Pennsylvania Supreme Court Permits Suits Against Nursing Home Parent Company and Affiliates - Scampone v. Highland Park Care Center
A major issue for Pennsylvania nursing home lawyers like me is the ability to sue the nursing home's parent company as well as the home itself and individual employees. Many Pennsylvania nursing home abuse cases involve issues of understaffing or under-training, or negligent hiring, all of which can stem from poor decisions by the nursing home company. In Scampone v. Highland Park Care Center LLC, the estate of Madeline Scampone made these kinds of allegations against Highland Park Care Center and Grane Healthcare, alleging they had been directly negligent as well as indirectly negligent through the actions of their employees. Highland Park was the Pittsburgh-area nursing home where Scampone died; Grane was the management services company for Highland Park. The trial court granted a nonsuit for Grane, finding insufficient evidence of its liability, but the appeals court reversed and the Supreme Court upheld that.
Scampone lived at Highland Park from 1998 until her death in 2004, undergoing treatment for dementia, high blood pressure, lung disease and osteoporosis. Between June 2002 and January 2004, she was admitted to the hospital five times for urinary tract infections. During the final hospitalization, she was also admitted for malnutrition, dehydration, bedsores and an acute myocardial infarction. She died in early February. Her son, acting on behalf of her estate, later alleged in the lawsuit that Highland Park and Grane themselves were negligent, as well as responsible for the negligence of their employees. The trial included testimony from former employees that they lacked the time to follow care orders for Scampone or ensure that she had adequate food, water, medicine and activity; witnesses said staff members failed to follow doctors' orders.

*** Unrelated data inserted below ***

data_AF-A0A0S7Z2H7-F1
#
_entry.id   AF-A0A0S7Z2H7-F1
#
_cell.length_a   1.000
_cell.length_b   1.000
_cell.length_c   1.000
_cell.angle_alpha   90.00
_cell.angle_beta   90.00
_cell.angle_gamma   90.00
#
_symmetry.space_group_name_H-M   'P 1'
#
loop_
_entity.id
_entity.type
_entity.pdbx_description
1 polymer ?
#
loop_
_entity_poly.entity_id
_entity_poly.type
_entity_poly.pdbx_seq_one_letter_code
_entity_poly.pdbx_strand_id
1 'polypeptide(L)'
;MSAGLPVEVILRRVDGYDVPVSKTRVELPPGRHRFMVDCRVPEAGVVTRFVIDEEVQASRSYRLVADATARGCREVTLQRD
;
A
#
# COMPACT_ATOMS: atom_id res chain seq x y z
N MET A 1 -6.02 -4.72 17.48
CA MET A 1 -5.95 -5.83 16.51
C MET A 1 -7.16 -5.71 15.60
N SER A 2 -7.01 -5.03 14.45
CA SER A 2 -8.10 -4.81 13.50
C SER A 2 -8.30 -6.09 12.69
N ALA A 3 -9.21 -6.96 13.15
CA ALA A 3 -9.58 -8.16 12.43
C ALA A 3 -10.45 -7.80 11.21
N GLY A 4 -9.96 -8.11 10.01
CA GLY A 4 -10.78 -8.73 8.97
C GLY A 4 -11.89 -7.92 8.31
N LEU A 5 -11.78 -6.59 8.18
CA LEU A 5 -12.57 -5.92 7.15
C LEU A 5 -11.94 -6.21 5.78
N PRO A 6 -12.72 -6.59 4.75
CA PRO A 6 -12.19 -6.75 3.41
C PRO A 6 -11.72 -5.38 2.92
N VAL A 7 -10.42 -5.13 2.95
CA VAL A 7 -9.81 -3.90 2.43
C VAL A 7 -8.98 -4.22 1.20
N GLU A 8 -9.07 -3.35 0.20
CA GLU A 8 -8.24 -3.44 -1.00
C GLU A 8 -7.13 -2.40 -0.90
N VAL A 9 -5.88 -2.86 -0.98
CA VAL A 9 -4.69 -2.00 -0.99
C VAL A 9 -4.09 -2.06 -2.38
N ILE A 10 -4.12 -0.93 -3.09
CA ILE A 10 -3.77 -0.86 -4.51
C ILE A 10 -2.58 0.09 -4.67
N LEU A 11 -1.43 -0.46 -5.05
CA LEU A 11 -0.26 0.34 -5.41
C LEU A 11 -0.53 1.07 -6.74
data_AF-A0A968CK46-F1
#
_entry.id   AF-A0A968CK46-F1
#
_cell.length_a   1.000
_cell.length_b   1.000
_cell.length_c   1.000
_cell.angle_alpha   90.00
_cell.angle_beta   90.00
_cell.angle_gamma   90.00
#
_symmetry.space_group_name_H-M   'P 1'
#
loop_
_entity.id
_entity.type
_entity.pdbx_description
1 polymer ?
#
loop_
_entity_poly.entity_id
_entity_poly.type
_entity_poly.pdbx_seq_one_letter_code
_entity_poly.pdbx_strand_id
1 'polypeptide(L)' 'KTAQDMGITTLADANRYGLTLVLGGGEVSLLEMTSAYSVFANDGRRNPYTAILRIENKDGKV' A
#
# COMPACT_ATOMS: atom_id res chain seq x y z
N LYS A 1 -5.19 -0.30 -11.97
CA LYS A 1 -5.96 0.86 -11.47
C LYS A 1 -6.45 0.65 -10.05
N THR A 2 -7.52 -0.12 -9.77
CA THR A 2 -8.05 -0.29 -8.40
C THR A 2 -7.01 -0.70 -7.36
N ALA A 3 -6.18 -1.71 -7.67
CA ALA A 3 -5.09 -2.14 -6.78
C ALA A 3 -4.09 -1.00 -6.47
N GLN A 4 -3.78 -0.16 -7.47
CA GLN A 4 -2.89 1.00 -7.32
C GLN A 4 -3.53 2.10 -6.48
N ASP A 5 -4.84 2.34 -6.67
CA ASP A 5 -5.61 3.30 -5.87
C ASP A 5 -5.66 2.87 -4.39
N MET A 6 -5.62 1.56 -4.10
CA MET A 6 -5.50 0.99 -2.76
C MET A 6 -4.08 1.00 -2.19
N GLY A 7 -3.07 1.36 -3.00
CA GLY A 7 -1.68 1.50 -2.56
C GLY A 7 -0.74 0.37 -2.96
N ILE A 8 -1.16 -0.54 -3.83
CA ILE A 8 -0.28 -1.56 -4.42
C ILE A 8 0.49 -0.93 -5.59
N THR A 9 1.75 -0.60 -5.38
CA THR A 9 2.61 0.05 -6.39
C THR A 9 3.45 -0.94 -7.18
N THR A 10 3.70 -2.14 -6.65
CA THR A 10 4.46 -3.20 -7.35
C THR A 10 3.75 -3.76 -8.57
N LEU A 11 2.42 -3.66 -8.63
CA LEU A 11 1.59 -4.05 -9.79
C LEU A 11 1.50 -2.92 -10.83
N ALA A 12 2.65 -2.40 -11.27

At the end of this testimony, Grane moved for a nonsuit and received it; Highland Park also received a nonsuit on punitive damages. However, the Superior Court reversed, finding sufficient evidence to support direct and vicarious liability for Grane and punitives for Highland Park. Both corporate entities appealed to the Pennsylvania Supreme Court.
That court upheld the lower court, but with different reasoning, finding that a resident like Scampone may have a valid claim for corporate negligence against the nursing home and related entities. It rejected arguments that nursing home companies cannot be liable for direct negligence because they work through their employees and officers, saying it had recognized a direct duty in the past and that vicarious liability is an insufficient substitute. Nor did the high court believe the nursing home's argument that its own caselaw limited corporate direct liability to hospitals. The proper question in this case, the court said, was whether evidence showed the kind of relationship between Scampone and the defendants to give rise to a duty of care. Because the trial court did not make its decision on that basis, the Supreme Court said, the case must be remanded to make that determination and conduct any resulting trial.
As a Philadelphia injury lawyer, I am very pleased to see the state's highest court reject arguments that would have exempted nursing homes from liability in Pennsylvania. Though the court made its decision according to its caselaw rather than what it perceived as good public policy, I believe it's good public policy to retain nursing home companies' accountability for wrongdoing. Nursing home companies don't like to be sued, so if they know a suit is a strong possibility, they're more likely to prevent any unsafe behavior. This may be the wrong reason to do the right thing, but the end result will be better protection for the elderly and disabled people in Pennsylvania nursing homes. As a Philadelphia medical malpractice lawyer, I believe these vulnerable patients are owed the strongest regulatory scheme we can devise.